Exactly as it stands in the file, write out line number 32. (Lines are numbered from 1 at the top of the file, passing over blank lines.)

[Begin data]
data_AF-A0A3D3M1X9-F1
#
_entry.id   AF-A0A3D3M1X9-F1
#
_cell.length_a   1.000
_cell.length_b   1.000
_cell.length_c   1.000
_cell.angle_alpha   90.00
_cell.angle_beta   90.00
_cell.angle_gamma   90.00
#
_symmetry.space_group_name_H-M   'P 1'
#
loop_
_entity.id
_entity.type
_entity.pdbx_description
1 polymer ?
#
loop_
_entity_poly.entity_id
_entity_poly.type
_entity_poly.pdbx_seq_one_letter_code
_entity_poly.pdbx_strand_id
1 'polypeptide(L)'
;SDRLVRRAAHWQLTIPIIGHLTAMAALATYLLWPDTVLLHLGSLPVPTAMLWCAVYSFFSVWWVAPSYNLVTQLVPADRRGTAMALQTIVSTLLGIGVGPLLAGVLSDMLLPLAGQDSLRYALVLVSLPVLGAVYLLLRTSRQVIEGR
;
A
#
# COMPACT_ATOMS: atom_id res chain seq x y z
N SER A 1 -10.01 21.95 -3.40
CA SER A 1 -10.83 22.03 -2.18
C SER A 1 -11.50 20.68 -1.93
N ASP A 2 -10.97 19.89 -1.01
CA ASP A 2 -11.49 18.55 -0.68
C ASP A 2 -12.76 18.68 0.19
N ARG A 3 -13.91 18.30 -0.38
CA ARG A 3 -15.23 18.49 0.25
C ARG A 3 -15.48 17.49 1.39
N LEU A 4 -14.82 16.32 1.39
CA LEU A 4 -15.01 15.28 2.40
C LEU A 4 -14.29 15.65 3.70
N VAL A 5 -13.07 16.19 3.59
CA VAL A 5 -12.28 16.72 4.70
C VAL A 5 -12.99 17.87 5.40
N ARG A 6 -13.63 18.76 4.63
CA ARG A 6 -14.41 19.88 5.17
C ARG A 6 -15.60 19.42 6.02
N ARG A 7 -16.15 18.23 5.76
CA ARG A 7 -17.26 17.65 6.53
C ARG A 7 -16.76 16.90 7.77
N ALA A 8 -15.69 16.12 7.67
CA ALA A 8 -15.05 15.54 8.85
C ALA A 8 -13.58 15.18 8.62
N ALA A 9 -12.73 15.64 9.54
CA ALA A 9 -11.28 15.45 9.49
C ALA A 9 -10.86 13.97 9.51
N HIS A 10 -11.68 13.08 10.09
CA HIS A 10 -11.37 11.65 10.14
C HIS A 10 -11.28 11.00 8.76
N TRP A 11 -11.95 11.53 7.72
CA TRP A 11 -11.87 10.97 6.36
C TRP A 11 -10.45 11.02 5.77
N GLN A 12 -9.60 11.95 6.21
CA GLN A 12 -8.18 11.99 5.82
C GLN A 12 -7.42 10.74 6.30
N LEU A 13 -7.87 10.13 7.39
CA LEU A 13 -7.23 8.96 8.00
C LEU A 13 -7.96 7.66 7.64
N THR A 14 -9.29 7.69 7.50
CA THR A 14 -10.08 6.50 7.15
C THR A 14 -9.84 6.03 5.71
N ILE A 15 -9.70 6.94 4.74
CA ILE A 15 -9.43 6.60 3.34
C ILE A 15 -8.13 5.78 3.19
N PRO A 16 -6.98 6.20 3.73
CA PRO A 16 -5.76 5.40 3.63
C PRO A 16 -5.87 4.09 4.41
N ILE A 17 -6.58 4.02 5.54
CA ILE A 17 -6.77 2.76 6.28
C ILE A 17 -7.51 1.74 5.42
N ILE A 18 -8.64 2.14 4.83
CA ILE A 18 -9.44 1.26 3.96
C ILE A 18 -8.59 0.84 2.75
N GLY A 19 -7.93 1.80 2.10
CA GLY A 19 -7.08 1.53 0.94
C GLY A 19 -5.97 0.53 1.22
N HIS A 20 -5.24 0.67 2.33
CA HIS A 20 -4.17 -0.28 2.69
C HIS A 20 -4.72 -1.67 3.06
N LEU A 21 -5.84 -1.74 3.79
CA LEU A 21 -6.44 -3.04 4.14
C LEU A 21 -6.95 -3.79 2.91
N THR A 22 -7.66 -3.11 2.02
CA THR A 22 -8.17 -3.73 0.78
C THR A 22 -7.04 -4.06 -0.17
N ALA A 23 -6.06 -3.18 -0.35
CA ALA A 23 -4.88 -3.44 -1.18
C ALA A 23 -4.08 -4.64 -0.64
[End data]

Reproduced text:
CA SER A 1 -10.83 22.03 -2.18